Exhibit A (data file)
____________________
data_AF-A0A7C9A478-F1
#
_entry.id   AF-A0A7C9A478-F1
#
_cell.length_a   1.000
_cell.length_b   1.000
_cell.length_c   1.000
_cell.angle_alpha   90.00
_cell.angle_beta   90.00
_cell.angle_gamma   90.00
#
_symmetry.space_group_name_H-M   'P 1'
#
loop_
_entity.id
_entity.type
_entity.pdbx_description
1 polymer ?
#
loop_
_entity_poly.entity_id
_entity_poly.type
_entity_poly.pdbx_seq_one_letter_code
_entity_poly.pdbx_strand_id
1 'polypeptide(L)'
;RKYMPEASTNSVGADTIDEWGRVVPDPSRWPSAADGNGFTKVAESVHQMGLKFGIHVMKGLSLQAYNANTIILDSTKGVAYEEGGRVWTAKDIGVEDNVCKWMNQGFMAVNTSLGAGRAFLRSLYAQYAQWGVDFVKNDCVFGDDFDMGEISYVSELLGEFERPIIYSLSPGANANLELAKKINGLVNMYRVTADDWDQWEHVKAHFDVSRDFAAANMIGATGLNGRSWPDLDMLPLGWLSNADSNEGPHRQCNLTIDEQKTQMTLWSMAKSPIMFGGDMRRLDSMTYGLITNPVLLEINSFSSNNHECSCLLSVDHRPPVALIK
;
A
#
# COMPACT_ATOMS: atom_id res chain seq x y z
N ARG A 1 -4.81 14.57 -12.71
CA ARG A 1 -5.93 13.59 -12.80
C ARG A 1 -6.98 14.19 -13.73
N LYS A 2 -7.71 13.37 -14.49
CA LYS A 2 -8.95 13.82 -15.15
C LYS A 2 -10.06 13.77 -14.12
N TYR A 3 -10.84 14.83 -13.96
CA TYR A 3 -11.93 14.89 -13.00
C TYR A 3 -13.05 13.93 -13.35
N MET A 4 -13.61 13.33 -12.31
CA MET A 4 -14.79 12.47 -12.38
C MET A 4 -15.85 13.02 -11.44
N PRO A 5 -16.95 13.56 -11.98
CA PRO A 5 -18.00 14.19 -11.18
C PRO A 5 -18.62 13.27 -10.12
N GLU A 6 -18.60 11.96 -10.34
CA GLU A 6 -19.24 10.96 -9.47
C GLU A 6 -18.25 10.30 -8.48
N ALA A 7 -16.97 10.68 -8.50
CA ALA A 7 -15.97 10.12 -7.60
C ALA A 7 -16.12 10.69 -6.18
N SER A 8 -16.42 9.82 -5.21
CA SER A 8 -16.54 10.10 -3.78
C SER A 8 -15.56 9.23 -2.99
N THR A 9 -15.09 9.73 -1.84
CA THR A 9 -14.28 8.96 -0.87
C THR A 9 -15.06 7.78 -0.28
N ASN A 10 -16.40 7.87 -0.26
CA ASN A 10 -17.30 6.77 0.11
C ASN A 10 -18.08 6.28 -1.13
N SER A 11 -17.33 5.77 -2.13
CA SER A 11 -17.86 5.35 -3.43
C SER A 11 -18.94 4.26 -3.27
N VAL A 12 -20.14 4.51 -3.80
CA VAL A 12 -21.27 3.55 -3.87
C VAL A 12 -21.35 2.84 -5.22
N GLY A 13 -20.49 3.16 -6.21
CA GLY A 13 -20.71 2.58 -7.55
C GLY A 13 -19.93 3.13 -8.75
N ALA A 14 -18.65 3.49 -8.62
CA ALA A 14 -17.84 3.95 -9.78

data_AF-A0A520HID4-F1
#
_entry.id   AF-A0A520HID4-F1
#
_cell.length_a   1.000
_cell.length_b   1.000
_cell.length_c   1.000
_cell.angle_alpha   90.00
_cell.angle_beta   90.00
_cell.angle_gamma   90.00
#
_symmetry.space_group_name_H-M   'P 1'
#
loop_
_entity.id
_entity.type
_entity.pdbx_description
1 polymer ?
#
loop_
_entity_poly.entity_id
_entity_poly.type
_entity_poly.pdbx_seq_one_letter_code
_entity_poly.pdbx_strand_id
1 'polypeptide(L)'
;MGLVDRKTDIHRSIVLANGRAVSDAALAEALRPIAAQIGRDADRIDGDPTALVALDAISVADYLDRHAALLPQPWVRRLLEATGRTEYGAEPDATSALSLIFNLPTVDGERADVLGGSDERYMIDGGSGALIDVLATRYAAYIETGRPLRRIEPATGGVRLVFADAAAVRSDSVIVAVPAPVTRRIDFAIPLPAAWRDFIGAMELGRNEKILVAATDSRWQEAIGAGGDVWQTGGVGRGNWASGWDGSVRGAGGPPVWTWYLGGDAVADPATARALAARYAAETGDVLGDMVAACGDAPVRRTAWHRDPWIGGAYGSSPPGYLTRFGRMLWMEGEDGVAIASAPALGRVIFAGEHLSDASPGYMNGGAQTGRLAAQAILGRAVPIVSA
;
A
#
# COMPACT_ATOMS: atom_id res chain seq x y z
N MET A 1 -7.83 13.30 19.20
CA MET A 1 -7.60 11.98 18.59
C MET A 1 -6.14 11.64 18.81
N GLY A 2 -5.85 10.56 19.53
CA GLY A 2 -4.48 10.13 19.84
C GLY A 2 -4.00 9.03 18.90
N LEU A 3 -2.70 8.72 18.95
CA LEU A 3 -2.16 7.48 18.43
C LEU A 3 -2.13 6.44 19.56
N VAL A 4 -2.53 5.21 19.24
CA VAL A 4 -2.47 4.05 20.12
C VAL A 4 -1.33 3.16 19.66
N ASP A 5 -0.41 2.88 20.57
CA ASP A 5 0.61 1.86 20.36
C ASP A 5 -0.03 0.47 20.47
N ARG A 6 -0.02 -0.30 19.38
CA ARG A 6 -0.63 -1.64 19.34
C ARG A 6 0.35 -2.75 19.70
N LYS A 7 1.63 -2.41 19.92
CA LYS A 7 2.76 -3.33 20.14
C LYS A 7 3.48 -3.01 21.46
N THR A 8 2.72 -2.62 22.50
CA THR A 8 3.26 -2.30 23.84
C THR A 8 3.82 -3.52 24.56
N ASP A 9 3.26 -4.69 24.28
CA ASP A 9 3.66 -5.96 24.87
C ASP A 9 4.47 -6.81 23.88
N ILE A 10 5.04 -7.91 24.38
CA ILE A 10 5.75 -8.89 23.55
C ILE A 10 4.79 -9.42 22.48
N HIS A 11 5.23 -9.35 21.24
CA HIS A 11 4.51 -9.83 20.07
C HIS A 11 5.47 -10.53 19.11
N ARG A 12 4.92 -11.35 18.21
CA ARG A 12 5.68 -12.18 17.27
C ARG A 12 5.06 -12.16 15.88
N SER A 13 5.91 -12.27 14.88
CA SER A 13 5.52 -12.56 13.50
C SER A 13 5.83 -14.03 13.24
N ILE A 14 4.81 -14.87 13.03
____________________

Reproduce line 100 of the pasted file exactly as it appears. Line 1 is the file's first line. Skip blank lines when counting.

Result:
#